Former councilman expresses concerns about resolution on Tuesday's agenda.
The Long Beach City Council is expected to vote Tuesday on a resolution to resurrect the U.S. Army Corps of Engineers' storm damage reduction proposal that a prior council unanimously rejected six years ago.
A legislative note accompanying the Dec. 4 council agenda characterizes the resolution as a first step after Hurricane Sandy to re-engage the Army Corps to revisit the project and renew discussions, planning and public input on it. The resolution states that nothing in it commits the city to fund the project, although the city would enter into “a mutually agreeable cost-sharing agreement with the New York State Department of Environmental Conservation as the local sponsor in order to construct the project.”
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The resolution comes after U.S. Sens. Charles Schumer and Kirsten Gillibrand in November called on the corp to expedite seven projects
— all of which Congress had authorized but were never started or completed — to protect coastline communities from flooding during storms, including Staten Island, Long Beach and Montauk. The senators hope Congress will approve $500 million to $1 billion in new financing for these projects as early as this month.
In 2006, the City Council voted against a $100 million Army Corps proposal aimed at protecting Long Beach from storm damage. At the time trustees argued that the plan was too costly and failed to address potential flooding from Reynolds Channel, and a number of residents, surfers and others said that it would ruin ocean views and negatively impact wave conditions.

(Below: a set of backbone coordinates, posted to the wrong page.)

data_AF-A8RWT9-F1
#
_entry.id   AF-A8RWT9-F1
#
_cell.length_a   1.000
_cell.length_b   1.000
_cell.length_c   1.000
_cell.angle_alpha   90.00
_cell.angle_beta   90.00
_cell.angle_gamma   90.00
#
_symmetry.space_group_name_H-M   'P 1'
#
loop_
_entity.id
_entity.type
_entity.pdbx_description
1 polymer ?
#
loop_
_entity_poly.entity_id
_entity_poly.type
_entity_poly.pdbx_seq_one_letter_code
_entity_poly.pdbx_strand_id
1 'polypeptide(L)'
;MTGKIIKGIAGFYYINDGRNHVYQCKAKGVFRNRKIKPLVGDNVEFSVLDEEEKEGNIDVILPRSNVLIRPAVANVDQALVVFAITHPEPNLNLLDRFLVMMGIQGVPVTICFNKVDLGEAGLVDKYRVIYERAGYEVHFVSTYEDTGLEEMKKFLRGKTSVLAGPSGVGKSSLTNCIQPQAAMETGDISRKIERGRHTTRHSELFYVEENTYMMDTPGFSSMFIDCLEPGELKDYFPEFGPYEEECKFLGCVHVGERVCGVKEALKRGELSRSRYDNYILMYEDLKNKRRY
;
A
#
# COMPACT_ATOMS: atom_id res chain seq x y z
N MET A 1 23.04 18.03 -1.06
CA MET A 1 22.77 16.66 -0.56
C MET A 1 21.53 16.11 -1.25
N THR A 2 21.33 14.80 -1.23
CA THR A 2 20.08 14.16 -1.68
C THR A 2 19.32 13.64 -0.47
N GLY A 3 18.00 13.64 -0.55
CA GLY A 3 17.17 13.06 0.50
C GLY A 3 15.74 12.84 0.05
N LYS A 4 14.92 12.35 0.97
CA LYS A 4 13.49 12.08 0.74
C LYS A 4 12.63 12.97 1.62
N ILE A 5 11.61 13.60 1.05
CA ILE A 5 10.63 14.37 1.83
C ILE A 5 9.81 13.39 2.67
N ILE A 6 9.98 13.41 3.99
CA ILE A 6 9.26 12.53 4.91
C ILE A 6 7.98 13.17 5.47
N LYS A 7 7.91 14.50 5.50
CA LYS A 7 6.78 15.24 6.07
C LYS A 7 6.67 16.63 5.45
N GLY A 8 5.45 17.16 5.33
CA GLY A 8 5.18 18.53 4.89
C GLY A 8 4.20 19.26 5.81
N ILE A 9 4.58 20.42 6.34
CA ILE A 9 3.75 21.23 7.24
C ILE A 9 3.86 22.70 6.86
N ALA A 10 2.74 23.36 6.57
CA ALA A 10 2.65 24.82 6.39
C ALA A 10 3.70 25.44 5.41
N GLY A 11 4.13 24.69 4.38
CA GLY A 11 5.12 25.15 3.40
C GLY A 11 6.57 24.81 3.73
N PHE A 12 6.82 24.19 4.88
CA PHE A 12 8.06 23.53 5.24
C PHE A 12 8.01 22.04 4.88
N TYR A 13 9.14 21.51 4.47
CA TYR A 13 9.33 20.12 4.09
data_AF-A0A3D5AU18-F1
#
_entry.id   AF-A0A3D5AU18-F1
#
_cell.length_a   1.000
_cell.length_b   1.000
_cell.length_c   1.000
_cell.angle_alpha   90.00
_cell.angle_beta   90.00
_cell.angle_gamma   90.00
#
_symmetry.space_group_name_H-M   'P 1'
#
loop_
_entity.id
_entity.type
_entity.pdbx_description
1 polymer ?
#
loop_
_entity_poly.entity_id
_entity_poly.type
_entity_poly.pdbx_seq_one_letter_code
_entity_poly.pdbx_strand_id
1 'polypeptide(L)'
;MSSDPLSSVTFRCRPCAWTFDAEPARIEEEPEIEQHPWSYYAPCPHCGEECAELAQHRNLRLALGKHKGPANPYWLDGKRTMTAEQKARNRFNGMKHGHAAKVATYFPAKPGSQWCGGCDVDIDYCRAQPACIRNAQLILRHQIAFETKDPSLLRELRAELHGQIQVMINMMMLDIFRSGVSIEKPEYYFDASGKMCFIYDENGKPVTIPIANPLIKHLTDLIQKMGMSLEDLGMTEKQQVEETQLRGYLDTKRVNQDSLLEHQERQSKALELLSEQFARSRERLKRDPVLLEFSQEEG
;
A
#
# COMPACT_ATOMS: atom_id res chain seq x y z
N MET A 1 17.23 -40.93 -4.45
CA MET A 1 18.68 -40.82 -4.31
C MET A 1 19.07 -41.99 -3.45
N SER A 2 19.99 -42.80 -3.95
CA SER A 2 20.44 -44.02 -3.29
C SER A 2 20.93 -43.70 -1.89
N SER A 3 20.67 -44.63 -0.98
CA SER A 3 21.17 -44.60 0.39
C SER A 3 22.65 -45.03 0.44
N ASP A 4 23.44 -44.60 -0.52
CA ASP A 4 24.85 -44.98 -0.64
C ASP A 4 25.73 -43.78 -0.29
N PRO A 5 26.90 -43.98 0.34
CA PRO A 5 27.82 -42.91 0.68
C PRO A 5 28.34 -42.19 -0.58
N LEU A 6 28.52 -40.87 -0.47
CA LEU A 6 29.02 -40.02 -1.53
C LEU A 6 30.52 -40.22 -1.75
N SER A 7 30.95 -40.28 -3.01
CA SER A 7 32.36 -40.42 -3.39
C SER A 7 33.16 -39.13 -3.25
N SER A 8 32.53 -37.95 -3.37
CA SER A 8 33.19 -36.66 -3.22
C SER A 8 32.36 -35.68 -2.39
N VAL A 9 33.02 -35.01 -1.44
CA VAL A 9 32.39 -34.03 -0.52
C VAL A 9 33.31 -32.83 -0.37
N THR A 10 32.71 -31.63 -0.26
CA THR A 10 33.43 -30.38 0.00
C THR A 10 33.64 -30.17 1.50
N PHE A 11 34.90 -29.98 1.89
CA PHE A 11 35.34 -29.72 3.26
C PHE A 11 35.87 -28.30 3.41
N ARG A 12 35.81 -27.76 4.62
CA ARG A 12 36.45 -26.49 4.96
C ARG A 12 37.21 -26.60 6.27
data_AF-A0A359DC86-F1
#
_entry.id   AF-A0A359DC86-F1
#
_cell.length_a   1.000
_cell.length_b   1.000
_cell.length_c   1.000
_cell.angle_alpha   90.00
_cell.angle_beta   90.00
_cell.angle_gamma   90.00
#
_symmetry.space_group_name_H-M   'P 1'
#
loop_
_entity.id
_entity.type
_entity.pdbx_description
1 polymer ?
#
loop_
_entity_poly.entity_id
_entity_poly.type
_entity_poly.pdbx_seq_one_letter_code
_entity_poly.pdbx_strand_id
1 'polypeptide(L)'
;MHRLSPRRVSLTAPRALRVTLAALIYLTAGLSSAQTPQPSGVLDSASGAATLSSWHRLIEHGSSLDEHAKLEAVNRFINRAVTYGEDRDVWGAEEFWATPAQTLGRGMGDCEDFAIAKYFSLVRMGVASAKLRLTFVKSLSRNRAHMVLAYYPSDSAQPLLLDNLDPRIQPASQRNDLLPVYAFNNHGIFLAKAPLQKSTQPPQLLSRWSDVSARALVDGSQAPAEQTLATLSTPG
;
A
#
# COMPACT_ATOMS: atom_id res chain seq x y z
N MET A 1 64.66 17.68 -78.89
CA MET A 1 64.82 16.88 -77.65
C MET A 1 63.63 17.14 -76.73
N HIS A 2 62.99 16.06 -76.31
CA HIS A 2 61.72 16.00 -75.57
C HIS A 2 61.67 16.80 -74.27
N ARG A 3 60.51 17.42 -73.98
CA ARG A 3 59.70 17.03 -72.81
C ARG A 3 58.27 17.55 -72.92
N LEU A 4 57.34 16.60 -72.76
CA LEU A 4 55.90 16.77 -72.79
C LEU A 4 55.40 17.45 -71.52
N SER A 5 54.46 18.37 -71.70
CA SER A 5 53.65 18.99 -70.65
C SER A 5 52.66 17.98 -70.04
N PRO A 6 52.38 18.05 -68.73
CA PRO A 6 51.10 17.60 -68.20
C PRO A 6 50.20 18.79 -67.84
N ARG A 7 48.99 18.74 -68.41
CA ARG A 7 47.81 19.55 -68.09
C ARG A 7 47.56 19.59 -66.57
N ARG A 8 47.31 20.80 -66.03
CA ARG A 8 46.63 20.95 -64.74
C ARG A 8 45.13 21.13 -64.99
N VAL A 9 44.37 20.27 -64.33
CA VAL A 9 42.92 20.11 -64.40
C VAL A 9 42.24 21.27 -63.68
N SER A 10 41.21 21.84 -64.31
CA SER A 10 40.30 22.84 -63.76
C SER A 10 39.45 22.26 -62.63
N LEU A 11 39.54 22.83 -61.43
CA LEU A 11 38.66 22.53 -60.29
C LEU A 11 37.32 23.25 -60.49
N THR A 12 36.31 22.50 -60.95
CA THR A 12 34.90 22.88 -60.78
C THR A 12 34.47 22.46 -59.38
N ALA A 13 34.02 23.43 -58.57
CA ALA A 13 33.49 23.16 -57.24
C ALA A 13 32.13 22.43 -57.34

“ ... One of the main reasons why the project was defeated in 2006 was because the Army Corps plan did nothing to protect the city from bay flooding, which represented much of the flood damage to the city in the East End and the West End,” said Jim Hennessy, who sat on the council that turned down the Army Corps proposal.
The new resolution states about that proposal: “On May 4, 2006, the City of Long Beach unanimously defeated a resolution to authorize participation in the U.S. Army Corps of Engineers Storm Damage Reduction Project for Long Beach, thus declining further participation at that time. …”
But Hennessy, who expressed concern that the city administration may look to blame the prior council for turning down the corps proposal, noted that Democrats were in the majority on that council, and right after the project was defeated he and a fellow Republican councilman, Thomas Sofield Jr.. proposed an alternative plan
He said that starting in 2008, under a Republican-led council, the city hired coastal engineers to start Long Beach on a new and better proposal, spearhead by Kevin Mulligan, the commissioner of public works who was fired in January.
"I hope this administration doesn't use this issue to play politics,” Hennessy said. “This is a time for all of us to work together."Be a Follower. Explore and subscribe to Patch groups.
In 2009, the city released a coastal protection study, conducted by the consulting firm Coastal Planning & Engineering Inc., which offered guidance in implementing a revised federal storm-protection program that addressed concerns about the corps proposal.
Among the Dec. 4 agenda's other items is a resolution to amend the existing agreement with Coastal Planning & Engineering to assist the city with Sandy-related damages. Sounding a note of concern about the city’s
vulnerability to future storms, the new resolution reports that beaches lost five feet of sand
elevation during Hurricane Sandy, and whereas high tide was 125 from the boardwalk prior to the storm, it is now just 25 feet.
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